On Sunday, Canada launched its much-anticipated Indo-Pacific Strategy, which is designed to advance military and cyber security efforts in the region. According to a 26-page Canadian document, the Indo-Pacific Strategy involves heavily reworking foreign investment rules. This is intended to protect intellectual property, to prevent unchecked mining of valuable mineral supplies, and to generally increase national security.
“The central tenant of the Indo-Pacific Strategy is acting in Canada’s national interests, while defending our values. It positions Canada as a reliable partner in the region, now and into the future. It is an ambitious plan, beginning with an investment of $2.3 billion over the next five years,” said Minister of Foreign Affairs, Mélanie Joly.
Cyber security investments are expected to hover around $47.3 million, and are due to involve an interdepartmental initiative that will build the cyber security capabilities of select partner groups.
The new Indo-Pacific strategy emerges just weeks after Canada discovered an alleged foreign spy attempting to snap up trade secrets from a hydro-electric plant.
While Canada broadly intends to strengthen its connections with the fast-growing Indo-Pacific region of 40 nations, the strategy at-hand closely focuses on China, which was mentioned more than 50 times in related documents.
Sino-Canadian ties have seen a downward spiral in recent years, largely because Ottawa has dismissed its former foreign policy of cooperation and engagement with the country, instead starting to take on other agenda items.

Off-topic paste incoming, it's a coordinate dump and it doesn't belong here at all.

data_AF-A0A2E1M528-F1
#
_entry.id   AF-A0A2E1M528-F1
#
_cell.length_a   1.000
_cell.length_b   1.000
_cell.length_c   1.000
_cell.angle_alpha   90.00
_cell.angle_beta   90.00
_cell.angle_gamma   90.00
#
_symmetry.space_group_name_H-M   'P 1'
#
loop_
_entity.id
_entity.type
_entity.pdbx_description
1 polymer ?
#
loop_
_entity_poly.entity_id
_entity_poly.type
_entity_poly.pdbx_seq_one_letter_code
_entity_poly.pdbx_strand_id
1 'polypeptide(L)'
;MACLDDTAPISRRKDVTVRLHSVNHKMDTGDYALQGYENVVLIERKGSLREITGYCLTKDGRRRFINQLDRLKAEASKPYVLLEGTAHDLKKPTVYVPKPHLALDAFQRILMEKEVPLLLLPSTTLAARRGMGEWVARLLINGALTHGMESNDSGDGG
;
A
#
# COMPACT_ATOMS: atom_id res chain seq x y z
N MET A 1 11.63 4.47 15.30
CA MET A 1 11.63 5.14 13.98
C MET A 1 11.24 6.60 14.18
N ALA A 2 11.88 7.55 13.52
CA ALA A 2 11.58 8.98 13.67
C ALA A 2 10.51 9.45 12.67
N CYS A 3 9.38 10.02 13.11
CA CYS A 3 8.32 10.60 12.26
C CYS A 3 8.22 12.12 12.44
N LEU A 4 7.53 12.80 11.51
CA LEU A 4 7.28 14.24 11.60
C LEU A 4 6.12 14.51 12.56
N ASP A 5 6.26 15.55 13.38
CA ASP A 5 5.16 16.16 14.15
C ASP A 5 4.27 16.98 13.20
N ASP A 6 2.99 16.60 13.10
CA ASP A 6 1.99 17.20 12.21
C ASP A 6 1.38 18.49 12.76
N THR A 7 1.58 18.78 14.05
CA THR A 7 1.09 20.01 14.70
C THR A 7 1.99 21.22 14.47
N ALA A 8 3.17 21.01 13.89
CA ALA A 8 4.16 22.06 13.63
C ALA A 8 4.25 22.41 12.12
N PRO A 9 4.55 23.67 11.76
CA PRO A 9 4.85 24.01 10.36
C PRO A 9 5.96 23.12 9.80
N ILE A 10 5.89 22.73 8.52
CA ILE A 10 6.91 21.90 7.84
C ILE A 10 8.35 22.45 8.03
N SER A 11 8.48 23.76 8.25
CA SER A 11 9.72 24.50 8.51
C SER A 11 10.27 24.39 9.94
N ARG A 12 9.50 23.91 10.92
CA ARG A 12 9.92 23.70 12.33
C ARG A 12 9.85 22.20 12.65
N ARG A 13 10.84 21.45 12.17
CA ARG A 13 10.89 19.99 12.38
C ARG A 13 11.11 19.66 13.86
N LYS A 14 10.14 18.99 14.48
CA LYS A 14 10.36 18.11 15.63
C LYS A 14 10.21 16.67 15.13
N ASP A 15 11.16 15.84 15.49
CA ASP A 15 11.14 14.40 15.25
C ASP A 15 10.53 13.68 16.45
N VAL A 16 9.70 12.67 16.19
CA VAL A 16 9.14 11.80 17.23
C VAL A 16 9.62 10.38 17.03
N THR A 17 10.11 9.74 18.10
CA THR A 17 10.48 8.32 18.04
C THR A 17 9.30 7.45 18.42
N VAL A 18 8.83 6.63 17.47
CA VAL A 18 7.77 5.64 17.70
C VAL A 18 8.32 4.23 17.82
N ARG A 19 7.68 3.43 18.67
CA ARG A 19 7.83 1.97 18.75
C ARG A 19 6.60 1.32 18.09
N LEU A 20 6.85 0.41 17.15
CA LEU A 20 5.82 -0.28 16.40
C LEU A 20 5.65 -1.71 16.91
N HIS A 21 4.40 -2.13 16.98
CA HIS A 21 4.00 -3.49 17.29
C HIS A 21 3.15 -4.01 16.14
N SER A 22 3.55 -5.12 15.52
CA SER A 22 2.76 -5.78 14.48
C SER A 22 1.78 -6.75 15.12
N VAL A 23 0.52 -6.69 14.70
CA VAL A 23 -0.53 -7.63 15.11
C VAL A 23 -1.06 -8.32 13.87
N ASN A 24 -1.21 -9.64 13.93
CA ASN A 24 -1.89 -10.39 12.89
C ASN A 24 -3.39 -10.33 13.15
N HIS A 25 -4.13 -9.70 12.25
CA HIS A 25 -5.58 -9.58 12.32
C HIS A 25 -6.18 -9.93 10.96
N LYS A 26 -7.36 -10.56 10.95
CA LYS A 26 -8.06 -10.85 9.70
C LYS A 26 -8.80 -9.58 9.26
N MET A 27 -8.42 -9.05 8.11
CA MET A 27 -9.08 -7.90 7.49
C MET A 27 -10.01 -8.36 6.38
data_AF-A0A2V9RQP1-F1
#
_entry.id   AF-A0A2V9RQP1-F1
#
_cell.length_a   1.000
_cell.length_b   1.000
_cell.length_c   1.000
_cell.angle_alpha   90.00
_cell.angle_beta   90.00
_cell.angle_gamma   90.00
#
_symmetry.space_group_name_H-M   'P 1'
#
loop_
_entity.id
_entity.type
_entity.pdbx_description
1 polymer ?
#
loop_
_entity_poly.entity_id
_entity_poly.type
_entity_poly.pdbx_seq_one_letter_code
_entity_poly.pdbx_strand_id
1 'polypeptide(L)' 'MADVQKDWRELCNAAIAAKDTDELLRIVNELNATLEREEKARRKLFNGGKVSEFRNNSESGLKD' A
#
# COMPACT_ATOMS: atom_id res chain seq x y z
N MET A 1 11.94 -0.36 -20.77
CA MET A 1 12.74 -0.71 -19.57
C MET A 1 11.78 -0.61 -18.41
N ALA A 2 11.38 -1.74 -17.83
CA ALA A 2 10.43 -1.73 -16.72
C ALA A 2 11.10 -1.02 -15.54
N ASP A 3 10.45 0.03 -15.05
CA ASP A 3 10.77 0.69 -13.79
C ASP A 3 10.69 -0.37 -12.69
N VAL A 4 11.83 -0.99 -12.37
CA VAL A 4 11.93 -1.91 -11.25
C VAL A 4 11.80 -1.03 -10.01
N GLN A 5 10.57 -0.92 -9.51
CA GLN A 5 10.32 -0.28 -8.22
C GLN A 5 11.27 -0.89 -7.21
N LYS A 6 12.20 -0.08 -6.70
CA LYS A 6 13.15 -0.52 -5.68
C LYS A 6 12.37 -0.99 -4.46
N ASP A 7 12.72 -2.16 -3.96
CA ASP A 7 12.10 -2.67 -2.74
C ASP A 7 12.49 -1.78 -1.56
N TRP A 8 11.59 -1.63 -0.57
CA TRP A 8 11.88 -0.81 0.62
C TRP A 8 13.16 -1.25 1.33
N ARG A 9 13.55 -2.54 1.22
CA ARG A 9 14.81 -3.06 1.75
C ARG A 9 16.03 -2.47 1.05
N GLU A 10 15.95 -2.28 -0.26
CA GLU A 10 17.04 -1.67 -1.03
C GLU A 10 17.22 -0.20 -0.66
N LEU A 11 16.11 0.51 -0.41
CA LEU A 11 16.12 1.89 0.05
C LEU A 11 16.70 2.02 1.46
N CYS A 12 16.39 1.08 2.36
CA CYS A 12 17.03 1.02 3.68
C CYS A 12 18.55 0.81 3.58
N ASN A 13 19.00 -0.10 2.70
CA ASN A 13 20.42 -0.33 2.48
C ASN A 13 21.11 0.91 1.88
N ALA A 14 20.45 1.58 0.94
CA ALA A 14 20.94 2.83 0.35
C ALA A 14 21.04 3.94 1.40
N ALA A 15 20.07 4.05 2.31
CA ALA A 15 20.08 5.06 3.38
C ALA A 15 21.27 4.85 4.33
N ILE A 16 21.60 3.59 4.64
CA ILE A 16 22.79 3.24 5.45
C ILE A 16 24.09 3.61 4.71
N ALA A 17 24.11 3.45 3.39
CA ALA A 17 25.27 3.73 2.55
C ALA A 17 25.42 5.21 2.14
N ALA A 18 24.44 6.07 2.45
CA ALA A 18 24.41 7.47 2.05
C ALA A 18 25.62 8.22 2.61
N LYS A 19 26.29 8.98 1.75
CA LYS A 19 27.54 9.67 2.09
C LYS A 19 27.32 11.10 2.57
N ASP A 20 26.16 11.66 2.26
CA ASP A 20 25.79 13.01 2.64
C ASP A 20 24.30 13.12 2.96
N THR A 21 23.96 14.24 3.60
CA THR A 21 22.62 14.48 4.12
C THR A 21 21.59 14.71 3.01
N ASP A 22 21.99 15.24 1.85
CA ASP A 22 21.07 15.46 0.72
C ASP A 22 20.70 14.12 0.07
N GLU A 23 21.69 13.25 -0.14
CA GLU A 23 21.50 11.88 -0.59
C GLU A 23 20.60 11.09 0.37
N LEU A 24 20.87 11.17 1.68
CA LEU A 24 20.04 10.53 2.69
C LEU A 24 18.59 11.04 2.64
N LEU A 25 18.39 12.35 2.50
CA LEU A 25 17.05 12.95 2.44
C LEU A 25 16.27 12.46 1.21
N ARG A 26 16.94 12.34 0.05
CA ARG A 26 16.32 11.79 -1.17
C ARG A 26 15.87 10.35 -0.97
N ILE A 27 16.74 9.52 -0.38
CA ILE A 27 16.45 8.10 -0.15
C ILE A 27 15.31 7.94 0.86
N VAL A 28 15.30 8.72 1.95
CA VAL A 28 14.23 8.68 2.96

Canadian cabinet ministers assert that the new strategic plan is crucial in helping Canada achieve national security, climate and economic goals.
Canada’s cyber security
The Indo-Pacific strategy makes direct mention of the nation’s cyber security objectives, noting “Like countries around the world, Canada is concerned by the rise of coercive and irresponsible use of technology. The spread of disinformation, ransomware and other cyber security threats directly affect Canadians, working to destabilize our democracy and our economy…”
The strategy promised that Canada will invest in expertise and technology to protect Canadians and that it will assume a leadership role in mitigating emerging threats. Funds will be funneled to capacity building in the region, including law enforcement expansion, which will increase the country’s abilities to detect and respond to novel cyber security challenges.
In terms of preparation for and ability to respond to cyber security threats, Canada ranks fifth among 20 nations, according to a standard developed by the MIT Technology Review Insights and a security vendor.
Global digital transformations
Around the world, nations are recognizing the need to revise policies and digitally transform in order to advance regional peace, security, public health, human rights, economic growth, and/or environmental protection. Fast-evolving technological innovation means that cyber threats are proliferating, and that improving cyber capabilities is critical. Pursuing secure and resilient digital domains through new strategies, policies and partnerships will accelerate the global digital transformation, leading to a safer world for everyone.
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